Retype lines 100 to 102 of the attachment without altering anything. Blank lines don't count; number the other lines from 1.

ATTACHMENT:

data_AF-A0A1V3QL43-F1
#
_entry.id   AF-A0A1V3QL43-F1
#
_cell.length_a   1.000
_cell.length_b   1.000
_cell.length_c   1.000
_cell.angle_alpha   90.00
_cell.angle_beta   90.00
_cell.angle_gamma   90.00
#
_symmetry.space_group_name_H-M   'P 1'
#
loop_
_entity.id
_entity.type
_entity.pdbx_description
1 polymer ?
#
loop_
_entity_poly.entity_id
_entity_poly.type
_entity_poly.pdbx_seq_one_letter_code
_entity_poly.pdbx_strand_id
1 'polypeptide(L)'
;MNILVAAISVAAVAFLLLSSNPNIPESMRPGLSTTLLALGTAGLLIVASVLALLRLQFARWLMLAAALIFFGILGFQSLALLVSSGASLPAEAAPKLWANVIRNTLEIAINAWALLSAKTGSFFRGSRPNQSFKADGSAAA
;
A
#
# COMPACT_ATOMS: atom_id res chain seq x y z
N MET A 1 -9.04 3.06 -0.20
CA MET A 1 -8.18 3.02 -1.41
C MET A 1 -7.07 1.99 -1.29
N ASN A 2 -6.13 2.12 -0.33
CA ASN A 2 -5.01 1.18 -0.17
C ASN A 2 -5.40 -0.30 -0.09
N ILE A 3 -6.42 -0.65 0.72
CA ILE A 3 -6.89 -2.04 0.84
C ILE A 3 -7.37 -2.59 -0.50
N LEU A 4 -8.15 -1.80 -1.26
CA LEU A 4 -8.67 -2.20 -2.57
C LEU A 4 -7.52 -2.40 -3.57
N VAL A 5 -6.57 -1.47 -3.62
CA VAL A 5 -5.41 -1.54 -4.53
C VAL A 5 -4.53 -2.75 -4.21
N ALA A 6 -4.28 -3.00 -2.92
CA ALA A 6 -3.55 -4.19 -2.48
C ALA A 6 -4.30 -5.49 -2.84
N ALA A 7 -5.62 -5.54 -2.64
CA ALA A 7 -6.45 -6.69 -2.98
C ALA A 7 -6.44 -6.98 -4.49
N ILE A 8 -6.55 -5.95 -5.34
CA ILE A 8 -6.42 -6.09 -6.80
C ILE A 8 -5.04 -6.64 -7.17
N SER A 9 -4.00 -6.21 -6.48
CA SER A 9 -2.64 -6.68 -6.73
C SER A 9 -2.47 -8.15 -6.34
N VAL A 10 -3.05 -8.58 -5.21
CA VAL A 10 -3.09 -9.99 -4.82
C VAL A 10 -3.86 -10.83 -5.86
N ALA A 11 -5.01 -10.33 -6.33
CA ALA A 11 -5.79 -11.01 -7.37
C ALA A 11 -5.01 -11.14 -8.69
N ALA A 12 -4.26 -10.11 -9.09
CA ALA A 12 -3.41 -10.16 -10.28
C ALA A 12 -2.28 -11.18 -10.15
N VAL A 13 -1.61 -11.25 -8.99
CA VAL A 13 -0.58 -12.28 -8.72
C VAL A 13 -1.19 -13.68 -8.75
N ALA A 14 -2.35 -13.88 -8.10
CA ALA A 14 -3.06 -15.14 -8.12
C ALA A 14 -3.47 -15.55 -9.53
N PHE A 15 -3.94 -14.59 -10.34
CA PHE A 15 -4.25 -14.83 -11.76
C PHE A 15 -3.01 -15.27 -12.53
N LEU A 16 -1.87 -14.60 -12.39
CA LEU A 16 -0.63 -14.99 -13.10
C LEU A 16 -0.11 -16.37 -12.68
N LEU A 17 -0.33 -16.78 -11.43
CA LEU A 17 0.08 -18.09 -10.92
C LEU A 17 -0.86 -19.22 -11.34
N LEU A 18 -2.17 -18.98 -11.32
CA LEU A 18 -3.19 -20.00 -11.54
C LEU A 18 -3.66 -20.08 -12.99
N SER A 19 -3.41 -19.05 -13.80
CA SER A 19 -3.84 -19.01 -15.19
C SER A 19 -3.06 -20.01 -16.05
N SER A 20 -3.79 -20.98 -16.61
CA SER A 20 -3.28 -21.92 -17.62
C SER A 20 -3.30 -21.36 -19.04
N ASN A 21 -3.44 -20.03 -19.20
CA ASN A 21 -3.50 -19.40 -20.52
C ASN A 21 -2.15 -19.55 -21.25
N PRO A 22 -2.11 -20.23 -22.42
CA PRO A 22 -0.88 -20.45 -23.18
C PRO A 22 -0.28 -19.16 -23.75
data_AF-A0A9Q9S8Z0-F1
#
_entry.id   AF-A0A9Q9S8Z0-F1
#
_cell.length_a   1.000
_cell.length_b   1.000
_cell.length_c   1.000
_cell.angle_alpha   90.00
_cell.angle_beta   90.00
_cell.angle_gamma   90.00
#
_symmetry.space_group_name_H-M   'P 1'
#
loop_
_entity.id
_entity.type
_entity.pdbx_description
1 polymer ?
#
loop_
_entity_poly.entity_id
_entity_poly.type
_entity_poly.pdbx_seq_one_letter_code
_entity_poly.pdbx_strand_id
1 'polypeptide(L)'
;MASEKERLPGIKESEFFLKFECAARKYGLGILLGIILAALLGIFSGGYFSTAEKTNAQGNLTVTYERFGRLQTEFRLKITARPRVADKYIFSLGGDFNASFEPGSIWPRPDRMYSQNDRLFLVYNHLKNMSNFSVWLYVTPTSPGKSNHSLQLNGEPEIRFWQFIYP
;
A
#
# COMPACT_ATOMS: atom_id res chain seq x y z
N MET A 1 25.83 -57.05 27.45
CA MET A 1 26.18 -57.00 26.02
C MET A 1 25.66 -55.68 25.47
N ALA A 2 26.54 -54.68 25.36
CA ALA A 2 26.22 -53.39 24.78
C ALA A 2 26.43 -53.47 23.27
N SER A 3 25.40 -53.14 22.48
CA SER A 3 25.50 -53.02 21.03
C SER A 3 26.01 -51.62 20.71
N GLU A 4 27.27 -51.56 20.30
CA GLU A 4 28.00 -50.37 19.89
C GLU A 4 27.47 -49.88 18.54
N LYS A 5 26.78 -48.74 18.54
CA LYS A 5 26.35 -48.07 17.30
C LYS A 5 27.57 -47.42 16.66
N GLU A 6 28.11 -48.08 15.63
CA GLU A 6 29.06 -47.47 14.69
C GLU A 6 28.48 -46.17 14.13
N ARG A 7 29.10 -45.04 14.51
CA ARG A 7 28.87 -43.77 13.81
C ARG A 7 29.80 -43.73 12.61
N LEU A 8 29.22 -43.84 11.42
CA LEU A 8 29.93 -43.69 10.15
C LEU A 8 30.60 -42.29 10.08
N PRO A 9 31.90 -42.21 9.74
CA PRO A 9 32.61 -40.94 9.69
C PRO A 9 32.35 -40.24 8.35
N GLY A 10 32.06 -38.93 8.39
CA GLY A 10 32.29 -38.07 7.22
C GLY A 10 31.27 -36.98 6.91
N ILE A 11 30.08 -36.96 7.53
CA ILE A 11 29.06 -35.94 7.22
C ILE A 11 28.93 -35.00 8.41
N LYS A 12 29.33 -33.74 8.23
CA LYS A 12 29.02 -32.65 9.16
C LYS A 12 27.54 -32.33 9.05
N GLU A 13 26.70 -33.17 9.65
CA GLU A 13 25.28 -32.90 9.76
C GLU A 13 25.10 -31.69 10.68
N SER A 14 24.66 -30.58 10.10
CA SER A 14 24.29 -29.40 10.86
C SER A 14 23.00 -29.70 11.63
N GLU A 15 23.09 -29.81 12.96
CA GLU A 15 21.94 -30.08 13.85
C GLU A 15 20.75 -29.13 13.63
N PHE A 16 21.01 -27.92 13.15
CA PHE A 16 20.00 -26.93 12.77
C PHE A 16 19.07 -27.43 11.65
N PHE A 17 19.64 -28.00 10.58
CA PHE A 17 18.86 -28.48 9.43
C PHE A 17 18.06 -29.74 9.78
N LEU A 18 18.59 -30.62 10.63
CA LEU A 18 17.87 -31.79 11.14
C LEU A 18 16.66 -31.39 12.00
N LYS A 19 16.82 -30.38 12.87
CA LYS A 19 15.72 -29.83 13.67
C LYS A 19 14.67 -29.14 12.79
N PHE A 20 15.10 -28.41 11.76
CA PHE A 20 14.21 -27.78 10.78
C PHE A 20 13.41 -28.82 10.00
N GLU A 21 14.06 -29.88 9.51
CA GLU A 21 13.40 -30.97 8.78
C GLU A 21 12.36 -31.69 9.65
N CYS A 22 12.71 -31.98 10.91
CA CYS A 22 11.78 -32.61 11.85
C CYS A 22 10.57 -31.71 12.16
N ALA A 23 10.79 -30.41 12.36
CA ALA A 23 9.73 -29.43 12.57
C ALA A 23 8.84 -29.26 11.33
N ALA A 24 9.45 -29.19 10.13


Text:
#
_cell.length_a   1.000
_cell.length_b   1.000